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The crisis lurking in Australia’s stormwater drains

plastic pollution

Originally appeared on Government News

As plastic pollution in oceans worsens, an expert is calling on councils to rethink how they manage stormwater drains to prevent plastics from entering waterways.

Lurking in our stormwater drains – out of sight and out of mind – is an astounding volume of plastic.

It’s estimated that around 80 per cent of plastic in oceans comes from land-based sources.

In fact, in Liverpool City Council alone, 1.2 cubic tonnes of pollutants were removed from 114 stormwater traps within a one-year period.

With around 1,500 kilograms of plastic every hour entering oceans, primarily coming from stormwater drains, councils must ensure that drains are better maintained, says Andy Hornbuckle, team leader of water quality Australasia at SPEL Environmental, a water treatment specialist.

Plastic pollution decreases the lifecycle of council’s stormwater drains and increases the cost of maintenance, Mr Hornbuckle says.

“The best thing council’s can do is investigate the benefits and possibilities of setting up dedicated storm water utilities for their councils,” he told Government News.

Mr Hornbuckle called on councils to expand public awareness campaigns, to look at improving source stormwater maintenance by, for instance, installing nets in stormwater pits, and to consider “end of line” treatment to prevent pollutants.

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A lesson in stormwater management

Councils could learn from the United States in implementing more “system-based thinking” about stormwater drain management, like that of potable and sewer, Mr Hornbuckle said.

Stormwater drains need to be “run like a business” and be seen as an opportunity for government to generate revenue, Mr Hornbuckle argues. This could be done through the implementation of a stormwater meter, in which those who generate significant run-off are charged more while those who manage theirs, say by creating less impervious areas, are credited.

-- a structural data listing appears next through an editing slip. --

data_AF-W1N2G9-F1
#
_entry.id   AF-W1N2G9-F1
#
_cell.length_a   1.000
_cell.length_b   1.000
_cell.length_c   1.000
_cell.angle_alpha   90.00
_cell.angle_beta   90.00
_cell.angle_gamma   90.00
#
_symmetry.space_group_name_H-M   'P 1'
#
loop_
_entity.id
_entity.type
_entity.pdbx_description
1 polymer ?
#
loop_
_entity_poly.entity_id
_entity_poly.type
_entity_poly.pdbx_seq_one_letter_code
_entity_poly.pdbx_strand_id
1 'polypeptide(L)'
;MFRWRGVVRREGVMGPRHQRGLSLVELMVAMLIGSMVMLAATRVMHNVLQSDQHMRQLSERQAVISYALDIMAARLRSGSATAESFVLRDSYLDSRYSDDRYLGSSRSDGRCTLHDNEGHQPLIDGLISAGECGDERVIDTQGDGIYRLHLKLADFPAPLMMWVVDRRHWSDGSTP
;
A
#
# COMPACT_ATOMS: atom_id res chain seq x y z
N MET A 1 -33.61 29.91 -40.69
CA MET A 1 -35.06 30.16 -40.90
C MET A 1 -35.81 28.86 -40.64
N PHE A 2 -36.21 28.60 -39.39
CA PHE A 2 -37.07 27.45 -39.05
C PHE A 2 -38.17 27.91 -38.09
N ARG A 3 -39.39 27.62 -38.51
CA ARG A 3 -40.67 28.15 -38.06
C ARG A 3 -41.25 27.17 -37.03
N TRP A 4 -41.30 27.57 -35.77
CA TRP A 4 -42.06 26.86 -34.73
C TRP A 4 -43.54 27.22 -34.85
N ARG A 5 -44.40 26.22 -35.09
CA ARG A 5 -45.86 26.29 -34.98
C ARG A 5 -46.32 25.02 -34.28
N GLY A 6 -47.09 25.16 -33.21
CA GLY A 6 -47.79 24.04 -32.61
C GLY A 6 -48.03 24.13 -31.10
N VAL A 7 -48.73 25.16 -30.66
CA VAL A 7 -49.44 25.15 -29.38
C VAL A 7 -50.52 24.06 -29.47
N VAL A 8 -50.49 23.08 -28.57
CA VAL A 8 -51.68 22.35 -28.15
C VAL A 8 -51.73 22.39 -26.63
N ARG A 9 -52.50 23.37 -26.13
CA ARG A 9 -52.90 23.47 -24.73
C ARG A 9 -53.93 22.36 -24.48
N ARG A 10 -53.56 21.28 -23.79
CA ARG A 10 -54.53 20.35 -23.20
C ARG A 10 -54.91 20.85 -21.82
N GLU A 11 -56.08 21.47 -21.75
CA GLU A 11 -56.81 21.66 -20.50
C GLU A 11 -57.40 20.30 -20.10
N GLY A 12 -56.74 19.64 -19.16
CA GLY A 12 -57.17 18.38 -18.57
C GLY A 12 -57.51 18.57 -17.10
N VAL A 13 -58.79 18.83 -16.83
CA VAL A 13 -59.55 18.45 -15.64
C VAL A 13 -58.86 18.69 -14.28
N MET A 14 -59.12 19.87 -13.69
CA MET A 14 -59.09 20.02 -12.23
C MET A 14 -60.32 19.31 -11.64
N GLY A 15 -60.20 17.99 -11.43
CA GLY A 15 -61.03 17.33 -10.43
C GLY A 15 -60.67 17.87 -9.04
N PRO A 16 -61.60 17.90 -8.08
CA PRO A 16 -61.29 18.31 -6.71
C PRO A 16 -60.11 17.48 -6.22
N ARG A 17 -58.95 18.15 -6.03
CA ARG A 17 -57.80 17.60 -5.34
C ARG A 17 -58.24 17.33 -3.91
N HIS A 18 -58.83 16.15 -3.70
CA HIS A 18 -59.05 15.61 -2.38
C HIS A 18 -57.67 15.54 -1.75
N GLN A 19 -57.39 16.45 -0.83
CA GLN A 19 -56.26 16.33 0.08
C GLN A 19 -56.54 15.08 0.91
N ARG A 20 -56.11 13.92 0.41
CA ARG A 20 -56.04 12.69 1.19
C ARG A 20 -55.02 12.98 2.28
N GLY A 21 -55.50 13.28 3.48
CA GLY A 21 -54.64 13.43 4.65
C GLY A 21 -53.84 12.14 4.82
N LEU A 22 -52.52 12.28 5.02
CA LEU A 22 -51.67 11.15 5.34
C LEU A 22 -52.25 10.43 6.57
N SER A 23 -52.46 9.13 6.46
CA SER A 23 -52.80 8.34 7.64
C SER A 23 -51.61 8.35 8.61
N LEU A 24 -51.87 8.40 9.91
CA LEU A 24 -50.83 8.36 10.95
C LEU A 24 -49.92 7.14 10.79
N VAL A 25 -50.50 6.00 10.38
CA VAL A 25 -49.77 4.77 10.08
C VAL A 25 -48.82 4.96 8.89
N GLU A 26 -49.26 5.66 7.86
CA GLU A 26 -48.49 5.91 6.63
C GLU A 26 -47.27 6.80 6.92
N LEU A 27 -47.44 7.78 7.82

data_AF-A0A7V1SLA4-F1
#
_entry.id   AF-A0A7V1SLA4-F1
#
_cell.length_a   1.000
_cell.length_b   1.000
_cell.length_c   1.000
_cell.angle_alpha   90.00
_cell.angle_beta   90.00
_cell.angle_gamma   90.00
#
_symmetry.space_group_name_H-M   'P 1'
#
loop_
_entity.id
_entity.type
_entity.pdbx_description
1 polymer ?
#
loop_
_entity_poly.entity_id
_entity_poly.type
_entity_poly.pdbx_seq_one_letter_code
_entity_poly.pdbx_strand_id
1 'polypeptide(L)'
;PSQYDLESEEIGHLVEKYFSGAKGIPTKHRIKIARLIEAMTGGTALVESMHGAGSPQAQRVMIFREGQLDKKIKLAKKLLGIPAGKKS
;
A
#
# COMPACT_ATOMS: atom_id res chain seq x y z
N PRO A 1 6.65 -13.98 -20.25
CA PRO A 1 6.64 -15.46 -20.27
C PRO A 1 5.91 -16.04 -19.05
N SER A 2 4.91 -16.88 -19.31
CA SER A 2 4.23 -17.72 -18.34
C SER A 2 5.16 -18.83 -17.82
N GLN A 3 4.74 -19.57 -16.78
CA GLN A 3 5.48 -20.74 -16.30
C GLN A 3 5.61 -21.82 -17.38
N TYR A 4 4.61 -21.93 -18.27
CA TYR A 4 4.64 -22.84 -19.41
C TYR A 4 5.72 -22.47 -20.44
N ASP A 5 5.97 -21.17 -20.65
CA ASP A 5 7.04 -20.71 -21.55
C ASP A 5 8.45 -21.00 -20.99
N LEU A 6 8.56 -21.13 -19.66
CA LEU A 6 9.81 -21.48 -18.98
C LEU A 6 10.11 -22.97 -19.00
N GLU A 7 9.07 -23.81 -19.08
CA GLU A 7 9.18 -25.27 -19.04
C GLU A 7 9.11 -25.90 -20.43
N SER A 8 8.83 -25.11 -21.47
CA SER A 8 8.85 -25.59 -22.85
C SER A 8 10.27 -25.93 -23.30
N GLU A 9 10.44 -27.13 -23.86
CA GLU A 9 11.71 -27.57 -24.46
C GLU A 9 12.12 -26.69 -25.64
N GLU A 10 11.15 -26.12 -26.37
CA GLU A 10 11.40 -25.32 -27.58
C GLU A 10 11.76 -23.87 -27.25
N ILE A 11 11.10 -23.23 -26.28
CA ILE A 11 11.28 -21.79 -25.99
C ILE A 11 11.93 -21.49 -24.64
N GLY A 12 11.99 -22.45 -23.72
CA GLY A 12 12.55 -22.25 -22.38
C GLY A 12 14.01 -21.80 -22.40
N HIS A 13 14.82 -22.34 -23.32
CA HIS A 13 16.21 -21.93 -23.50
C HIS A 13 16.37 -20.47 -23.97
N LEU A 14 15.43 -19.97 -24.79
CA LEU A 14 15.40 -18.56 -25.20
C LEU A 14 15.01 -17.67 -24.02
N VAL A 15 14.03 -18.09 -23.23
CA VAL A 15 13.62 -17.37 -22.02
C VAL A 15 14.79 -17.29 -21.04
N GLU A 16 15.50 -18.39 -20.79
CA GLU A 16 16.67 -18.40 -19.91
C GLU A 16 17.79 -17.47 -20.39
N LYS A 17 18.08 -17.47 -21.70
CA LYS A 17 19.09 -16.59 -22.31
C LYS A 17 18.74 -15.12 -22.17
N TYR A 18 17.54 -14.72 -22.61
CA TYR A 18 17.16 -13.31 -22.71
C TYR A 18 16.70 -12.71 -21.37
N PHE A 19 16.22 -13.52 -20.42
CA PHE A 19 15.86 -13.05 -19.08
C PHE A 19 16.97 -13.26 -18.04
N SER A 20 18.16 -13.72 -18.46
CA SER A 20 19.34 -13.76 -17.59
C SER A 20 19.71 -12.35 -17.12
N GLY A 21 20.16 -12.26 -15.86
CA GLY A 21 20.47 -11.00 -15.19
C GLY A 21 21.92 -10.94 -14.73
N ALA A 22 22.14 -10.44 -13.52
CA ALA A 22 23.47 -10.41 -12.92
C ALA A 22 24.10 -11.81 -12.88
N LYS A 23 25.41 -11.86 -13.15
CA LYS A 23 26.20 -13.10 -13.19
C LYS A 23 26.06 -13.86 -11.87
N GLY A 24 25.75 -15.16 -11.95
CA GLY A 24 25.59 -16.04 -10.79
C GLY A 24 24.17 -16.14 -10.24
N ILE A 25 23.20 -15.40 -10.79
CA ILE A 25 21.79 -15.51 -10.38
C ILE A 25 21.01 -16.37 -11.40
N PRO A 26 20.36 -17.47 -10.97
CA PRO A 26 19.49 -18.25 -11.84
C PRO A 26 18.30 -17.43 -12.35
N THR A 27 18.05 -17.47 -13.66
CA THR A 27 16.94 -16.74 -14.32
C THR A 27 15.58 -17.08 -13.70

“We have to change our thinking about storm water so it’s the same way we think about potable and sewer. We need system-based thinking about storm water,” he says.

Mr Hornbuckle pointed to the stormwater meters in the US, where the onus is predominantly on private landowners to pay for stormwater management as opposed to ratepayers.

“The US stormwater meter is ‘the more you pave the more you pay.’ If there is a treatment system then you would get credit, if you didn’t have a treatment system you would have to pay the full rateable amount to council,” he said.

Funding boost

But the onus isn’t solely on local government and the State Government needs to boost funding to help councils maintain stormwater networks, Mr Hornbuckle argues.

While many councils have the desire to better manage drains, the majority are under resourced, he says.

“Councils don’t have the budgets to maintain public assets,” he said.

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